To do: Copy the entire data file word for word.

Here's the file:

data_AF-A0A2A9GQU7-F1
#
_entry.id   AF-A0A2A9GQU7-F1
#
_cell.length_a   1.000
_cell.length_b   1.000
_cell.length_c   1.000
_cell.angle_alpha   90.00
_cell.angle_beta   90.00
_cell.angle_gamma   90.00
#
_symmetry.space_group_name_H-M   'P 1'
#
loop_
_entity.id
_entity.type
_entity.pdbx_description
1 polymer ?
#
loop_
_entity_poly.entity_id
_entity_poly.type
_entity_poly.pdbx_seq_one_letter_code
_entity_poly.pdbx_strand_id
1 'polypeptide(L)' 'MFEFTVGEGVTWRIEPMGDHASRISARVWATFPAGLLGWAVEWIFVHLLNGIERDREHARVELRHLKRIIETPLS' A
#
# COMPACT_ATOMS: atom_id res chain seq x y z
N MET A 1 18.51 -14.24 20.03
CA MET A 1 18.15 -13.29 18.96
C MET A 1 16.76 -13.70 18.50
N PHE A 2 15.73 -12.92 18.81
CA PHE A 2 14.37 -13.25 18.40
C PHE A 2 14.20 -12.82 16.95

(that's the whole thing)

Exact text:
data_AF-A0A2A9GQU7-F1
#
_entry.id   AF-A0A2A9GQU7-F1
#
_cell.length_a   1.000
_cell.length_b   1.000
_cell.length_c   1.000
_cell.angle_alpha   90.00
_cell.angle_beta   90.00
_cell.angle_gamma   90.00
#
_symmetry.space_group_name_H-M   'P 1'
#
loop_
_entity.id
_entity.type
_entity.pdbx_description
1 polymer ?
#
loop_
_entity_poly.entity_id
_entity_poly.type
_entity_poly.pdbx_seq_one_letter_code
_entity_poly.pdbx_strand_id
1 'polypeptide(L)' 'MFEFTVGEGVTWRIEPMGDHASRISARVWATFPAGLLGWAVEWIFVHLLNGIERDREHARVELRHLKRIIETPLS' A
#
# COMPACT_ATOMS: atom_id res chain seq x y z
N MET A 1 18.51 -14.24 20.03
CA MET A 1 18.15 -13.29 18.96
C MET A 1 16.76 -13.70 18.50
N PHE A 2 15.73 -12.92 18.81
CA PHE A 2 14.37 -13.25 18.40
C PHE A 2 14.20 -12.82 16.95